Chancellor's Friday Letters

Educating the newcomers

Educating the newcomers

November 5, 2010

Dear Friends:

For me, the quietude of post-campaign days highlights a personal disappointment if not angst – that the venomous diatribe of negative campaigning obscures the substance of the policy issues that confront society’s future wellbeing.

This past Tuesday, the news cycle was abuzz with the changing political landscape. Pundits and pollsters reached back into the history books looking for comparisons.

But rather than draw parallels with the past, I believe that this is an opportunity for Americans and Californians to look forward and to participate in shaping our individual and collective future.

Our communication with our legislators and Governor is not, should not, and cannot be a biennial occurrence.

While the headlines may make it seem that Election Day is an occasion for voters to send a one-time message to the legislators, the fact is that in addition to voting it is our civic responsibility to continue this dialogue. Whether your candidates won or lost, it is now in our hands to educate those that were once candidates and are now elected to represent all Californians.

Take the California Legislature, for example. Fully one third of the legislative body is new to Sacramento. While trying to navigate the halls of the Capitol, these legislators will also need to navigate their constituencies. No longer is a conversation taking place between a political base and a politician looking for votes, but rather a conversation has started between a constituency and a legislator looking for ways to move California forward in the increasingly competitive global society.

The University of California is neither blue nor red but rather Blue-and-Gold.

We are Blue and Gold because these are the colors of California, and we stand to serve the people of California through our mission of research, teaching and public service … we are in fact the University for California. It is for this reason that we not only encourage our students, faculty, staff and supporters to vote, but to hold our legislators and governor accountable for supporting the promise of the University of California.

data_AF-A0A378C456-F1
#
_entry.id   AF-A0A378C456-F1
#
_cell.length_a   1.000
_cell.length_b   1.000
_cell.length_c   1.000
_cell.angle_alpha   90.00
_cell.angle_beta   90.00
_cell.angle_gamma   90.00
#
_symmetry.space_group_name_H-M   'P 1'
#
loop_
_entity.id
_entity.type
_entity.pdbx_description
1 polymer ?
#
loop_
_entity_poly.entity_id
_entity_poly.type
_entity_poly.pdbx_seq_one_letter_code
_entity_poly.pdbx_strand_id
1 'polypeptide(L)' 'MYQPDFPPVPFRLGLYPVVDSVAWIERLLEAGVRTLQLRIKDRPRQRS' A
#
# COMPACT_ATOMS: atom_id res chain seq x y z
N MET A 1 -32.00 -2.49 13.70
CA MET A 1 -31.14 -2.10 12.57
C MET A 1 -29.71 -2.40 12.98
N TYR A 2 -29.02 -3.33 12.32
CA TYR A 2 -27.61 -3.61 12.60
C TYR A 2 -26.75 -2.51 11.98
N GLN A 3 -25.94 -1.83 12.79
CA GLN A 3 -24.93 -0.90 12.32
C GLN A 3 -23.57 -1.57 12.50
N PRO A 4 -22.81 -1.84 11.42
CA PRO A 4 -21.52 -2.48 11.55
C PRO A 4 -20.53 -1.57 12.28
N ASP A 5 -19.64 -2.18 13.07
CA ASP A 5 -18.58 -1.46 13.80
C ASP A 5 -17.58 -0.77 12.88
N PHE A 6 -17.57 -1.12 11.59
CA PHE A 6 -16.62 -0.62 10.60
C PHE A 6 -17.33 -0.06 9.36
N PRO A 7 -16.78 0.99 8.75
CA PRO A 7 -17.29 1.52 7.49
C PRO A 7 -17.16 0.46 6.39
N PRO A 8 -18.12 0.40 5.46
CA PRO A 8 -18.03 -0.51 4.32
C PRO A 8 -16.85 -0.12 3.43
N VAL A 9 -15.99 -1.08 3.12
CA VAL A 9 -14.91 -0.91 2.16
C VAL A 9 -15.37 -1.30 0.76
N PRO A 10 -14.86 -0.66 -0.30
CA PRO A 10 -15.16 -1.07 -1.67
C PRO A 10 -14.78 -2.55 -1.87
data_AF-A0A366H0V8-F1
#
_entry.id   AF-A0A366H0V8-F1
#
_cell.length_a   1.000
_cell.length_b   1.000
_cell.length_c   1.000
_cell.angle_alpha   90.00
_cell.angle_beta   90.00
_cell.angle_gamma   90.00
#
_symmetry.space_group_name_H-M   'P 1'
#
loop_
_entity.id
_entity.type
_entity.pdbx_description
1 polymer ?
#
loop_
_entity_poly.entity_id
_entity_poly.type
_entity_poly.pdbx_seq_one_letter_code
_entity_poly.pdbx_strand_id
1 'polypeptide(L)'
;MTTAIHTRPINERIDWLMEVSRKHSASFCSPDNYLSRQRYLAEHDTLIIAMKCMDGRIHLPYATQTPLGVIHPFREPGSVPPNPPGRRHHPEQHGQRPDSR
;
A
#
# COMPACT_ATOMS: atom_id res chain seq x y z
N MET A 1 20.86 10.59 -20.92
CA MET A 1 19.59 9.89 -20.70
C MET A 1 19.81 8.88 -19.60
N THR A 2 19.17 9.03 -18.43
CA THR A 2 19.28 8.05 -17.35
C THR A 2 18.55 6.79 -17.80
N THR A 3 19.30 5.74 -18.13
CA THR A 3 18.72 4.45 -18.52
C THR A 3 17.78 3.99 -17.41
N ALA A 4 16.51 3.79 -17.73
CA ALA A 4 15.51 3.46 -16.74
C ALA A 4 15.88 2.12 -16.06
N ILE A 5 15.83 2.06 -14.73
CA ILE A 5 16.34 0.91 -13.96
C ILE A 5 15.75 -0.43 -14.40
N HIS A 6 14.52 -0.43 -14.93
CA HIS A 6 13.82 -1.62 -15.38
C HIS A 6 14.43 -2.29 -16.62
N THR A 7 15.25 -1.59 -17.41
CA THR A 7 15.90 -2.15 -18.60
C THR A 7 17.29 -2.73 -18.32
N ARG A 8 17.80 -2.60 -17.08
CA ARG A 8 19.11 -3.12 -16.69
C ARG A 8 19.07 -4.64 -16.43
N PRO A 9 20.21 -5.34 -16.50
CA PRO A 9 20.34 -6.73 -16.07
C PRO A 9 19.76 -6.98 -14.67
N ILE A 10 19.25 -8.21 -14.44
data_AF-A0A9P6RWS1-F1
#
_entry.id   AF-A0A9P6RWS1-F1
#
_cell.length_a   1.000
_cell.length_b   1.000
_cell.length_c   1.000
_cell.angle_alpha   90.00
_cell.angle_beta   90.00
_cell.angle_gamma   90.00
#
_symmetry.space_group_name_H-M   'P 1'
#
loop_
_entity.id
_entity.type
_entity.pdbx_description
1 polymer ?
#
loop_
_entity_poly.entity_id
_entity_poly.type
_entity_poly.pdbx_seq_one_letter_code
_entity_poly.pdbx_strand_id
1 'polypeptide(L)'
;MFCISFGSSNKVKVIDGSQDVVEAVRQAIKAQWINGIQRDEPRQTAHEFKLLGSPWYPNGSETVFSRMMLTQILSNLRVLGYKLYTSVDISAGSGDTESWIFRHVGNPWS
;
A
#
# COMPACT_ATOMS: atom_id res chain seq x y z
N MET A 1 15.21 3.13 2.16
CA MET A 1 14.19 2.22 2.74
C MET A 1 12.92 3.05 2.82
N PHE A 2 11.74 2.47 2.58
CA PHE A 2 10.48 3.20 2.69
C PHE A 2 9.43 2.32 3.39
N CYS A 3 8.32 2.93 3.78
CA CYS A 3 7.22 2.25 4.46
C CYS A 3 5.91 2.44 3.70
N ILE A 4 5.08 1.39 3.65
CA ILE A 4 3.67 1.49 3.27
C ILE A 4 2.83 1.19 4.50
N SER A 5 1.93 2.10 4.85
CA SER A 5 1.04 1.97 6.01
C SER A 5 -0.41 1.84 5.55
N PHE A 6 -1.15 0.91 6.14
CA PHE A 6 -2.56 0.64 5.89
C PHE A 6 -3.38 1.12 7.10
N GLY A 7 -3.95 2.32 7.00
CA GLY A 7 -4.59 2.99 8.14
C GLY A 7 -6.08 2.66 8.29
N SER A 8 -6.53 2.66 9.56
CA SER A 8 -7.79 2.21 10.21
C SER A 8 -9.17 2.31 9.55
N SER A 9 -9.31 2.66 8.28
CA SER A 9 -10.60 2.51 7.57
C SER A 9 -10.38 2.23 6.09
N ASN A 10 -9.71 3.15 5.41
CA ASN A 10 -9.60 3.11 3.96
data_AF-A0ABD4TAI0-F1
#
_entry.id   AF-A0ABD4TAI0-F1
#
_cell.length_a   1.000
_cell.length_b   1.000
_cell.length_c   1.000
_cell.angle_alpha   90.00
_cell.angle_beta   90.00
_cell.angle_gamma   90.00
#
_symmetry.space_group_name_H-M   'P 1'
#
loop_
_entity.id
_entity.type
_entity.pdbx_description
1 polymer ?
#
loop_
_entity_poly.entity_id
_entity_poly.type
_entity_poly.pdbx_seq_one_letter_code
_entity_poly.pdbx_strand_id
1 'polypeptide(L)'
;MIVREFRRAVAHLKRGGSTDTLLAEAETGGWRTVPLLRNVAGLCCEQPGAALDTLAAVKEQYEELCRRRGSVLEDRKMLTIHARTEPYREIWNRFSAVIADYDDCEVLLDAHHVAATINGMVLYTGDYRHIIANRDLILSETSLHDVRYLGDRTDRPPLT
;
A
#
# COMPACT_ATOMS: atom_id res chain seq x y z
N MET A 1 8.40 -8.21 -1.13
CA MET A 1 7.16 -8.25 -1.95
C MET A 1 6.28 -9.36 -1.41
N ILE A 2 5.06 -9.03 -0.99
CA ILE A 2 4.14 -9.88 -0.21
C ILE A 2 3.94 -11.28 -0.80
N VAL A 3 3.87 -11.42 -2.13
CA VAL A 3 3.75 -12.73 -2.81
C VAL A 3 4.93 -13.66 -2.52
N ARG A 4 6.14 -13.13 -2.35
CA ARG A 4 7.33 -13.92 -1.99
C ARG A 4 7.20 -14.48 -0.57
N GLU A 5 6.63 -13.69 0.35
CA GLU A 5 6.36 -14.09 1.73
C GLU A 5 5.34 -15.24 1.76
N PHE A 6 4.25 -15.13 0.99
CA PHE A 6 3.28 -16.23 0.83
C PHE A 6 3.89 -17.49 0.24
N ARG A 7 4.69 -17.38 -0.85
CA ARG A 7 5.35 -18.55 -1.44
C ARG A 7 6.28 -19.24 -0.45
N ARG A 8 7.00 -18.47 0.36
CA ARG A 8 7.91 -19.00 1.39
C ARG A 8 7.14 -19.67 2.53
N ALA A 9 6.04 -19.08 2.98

Clark Kerr, president-emeritus of the University of California contends, “The status quo is the only solution that cannot be vetoed” meaning that we as advocates for the University of California have a responsibility to inform those whom we have now charged to find solutions to improve the quality of life for all of us.

Without your voice and your presence the conversation becomes a one-way monologue. I strongly encourage you to be on-going advocates and contact our elected representatives on our priorities for California’s public higher education. We must connect with them to express our values and hold them to the high standards on which they campaigned and for which they were elected.

You can join this conversation with the thousands of other students, faculty, staff and supporters at the UCR advocacy network at http://www.ucforcalifornia.org/riverside/home/. This site provides a way of communicating your support for public higher education to your elected representatives in Sacramento.

Millions of Californians made their voices heard on Tuesday. It is now our responsibility to have our voices heard on Tuesdays, Thursdays and every other day of the week.

Fiat Lux,


Tim White, Chancellor

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A Highlander in the World Series
Congratulations to UCR’s own Dan Runzler, a Highlander pitcher before joining this year’s World Series Champions, the San Francisco Giants. Runzler was part of the 2007 Highlander squad that captured the school’s first Big West Conference Baseball Title since joining Division I.

Timely Post-Election Discussion
Toby Miller, chair of the Department of Media and Cultural Studies, will be featured in a forum with former CNN chief news executive Eason Jordan about the role of television networks in political campaigns on Tuesday evening.

Keeping Riverside Beautiful
Our students were honored recently for keeping the city clean. They made themselves useful with rakes, shovels and trash bags. The city is a better place because of it.

Find out what else is going on at UC Riverside: http://www.ucr.edu/happenings/

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